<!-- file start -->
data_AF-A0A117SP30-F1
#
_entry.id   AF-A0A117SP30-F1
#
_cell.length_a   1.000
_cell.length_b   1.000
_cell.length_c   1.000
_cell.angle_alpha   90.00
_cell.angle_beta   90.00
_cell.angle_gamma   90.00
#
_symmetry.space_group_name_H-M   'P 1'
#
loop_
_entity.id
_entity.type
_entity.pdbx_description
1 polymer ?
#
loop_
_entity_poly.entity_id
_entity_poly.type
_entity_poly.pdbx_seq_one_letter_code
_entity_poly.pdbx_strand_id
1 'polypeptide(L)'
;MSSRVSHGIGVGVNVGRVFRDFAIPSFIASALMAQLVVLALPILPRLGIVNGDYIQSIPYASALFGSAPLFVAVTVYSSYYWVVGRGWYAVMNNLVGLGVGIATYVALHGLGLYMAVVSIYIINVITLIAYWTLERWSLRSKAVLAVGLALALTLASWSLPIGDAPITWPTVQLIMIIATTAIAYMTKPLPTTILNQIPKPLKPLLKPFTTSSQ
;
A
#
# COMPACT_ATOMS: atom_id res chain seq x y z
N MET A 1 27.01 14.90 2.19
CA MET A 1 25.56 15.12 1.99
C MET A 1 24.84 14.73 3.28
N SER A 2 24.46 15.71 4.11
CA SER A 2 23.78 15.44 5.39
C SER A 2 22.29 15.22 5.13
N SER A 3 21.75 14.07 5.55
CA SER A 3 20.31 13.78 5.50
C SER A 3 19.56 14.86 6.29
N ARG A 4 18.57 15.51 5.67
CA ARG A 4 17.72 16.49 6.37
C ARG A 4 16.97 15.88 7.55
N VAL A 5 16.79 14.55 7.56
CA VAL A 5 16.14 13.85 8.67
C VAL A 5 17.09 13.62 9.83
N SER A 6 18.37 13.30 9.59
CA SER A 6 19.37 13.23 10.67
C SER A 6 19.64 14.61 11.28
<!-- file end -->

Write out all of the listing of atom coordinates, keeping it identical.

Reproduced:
data_AF-A0A117SP30-F1
#
_entry.id   AF-A0A117SP30-F1
#
_cell.length_a   1.000
_cell.length_b   1.000
_cell.length_c   1.000
_cell.angle_alpha   90.00
_cell.angle_beta   90.00
_cell.angle_gamma   90.00
#
_symmetry.space_group_name_H-M   'P 1'
#
loop_
_entity.id
_entity.type
_entity.pdbx_description
1 polymer ?
#
loop_
_entity_poly.entity_id
_entity_poly.type
_entity_poly.pdbx_seq_one_letter_code
_entity_poly.pdbx_strand_id
1 'polypeptide(L)'
;MSSRVSHGIGVGVNVGRVFRDFAIPSFIASALMAQLVVLALPILPRLGIVNGDYIQSIPYASALFGSAPLFVAVTVYSSYYWVVGRGWYAVMNNLVGLGVGIATYVALHGLGLYMAVVSIYIINVITLIAYWTLERWSLRSKAVLAVGLALALTLASWSLPIGDAPITWPTVQLIMIIATTAIAYMTKPLPTTILNQIPKPLKPLLKPFTTSSQ
;
A
#
# COMPACT_ATOMS: atom_id res chain seq x y z
N MET A 1 27.01 14.90 2.19
CA MET A 1 25.56 15.12 1.99
C MET A 1 24.84 14.73 3.28
N SER A 2 24.46 15.71 4.11
CA SER A 2 23.78 15.44 5.39
C SER A 2 22.29 15.22 5.13
N SER A 3 21.75 14.07 5.55
CA SER A 3 20.31 13.78 5.50
C SER A 3 19.56 14.86 6.29
N ARG A 4 18.57 15.51 5.67
CA ARG A 4 17.72 16.49 6.37
C ARG A 4 16.97 15.88 7.55
N VAL A 5 16.79 14.55 7.56
CA VAL A 5 16.14 13.85 8.67
C VAL A 5 17.09 13.62 9.83
N SER A 6 18.37 13.30 9.59
CA SER A 6 19.37 13.23 10.67
C SER A 6 19.64 14.61 11.28